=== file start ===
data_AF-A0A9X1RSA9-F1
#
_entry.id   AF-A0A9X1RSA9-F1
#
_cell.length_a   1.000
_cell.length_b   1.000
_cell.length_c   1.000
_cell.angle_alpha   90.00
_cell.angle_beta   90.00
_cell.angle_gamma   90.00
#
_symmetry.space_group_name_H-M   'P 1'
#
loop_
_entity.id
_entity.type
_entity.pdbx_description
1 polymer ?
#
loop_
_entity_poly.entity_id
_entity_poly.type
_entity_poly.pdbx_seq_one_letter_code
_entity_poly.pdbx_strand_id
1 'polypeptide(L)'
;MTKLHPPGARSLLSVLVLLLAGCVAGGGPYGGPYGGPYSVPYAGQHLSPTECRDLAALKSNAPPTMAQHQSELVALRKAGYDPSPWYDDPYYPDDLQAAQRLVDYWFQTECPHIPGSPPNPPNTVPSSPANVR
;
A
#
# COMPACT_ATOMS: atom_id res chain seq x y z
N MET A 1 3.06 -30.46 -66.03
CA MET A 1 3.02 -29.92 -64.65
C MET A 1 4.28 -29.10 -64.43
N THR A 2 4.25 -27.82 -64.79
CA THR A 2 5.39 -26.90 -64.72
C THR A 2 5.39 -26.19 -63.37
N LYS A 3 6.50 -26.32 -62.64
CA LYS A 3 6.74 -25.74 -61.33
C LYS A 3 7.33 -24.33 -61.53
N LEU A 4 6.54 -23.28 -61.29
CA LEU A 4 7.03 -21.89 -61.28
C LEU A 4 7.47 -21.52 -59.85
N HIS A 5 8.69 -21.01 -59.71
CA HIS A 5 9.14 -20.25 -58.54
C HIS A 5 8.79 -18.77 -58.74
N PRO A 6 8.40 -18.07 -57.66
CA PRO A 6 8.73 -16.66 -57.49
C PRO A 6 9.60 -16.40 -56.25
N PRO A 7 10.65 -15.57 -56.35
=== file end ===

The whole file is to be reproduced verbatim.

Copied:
data_AF-A0A9X1RSA9-F1
#
_entry.id   AF-A0A9X1RSA9-F1
#
_cell.length_a   1.000
_cell.length_b   1.000
_cell.length_c   1.000
_cell.angle_alpha   90.00
_cell.angle_beta   90.00
_cell.angle_gamma   90.00
#
_symmetry.space_group_name_H-M   'P 1'
#
loop_
_entity.id
_entity.type
_entity.pdbx_description
1 polymer ?
#
loop_
_entity_poly.entity_id
_entity_poly.type
_entity_poly.pdbx_seq_one_letter_code
_entity_poly.pdbx_strand_id
1 'polypeptide(L)'
;MTKLHPPGARSLLSVLVLLLAGCVAGGGPYGGPYGGPYSVPYAGQHLSPTECRDLAALKSNAPPTMAQHQSELVALRKAGYDPSPWYDDPYYPDDLQAAQRLVDYWFQTECPHIPGSPPNPPNTVPSSPANVR
;
A
#
# COMPACT_ATOMS: atom_id res chain seq x y z
N MET A 1 3.06 -30.46 -66.03
CA MET A 1 3.02 -29.92 -64.65
C MET A 1 4.28 -29.10 -64.43
N THR A 2 4.25 -27.82 -64.79
CA THR A 2 5.39 -26.90 -64.72
C THR A 2 5.39 -26.19 -63.37
N LYS A 3 6.50 -26.32 -62.64
CA LYS A 3 6.74 -25.74 -61.33
C LYS A 3 7.33 -24.33 -61.53
N LEU A 4 6.54 -23.28 -61.29
CA LEU A 4 7.03 -21.89 -61.28
C LEU A 4 7.47 -21.52 -59.85
N HIS A 5 8.69 -21.01 -59.71
CA HIS A 5 9.14 -20.25 -58.54
C HIS A 5 8.79 -18.77 -58.74
N PRO A 6 8.40 -18.07 -57.66
CA PRO A 6 8.73 -16.66 -57.49
C PRO A 6 9.60 -16.40 -56.25
N PRO A 7 10.65 -15.57 -56.35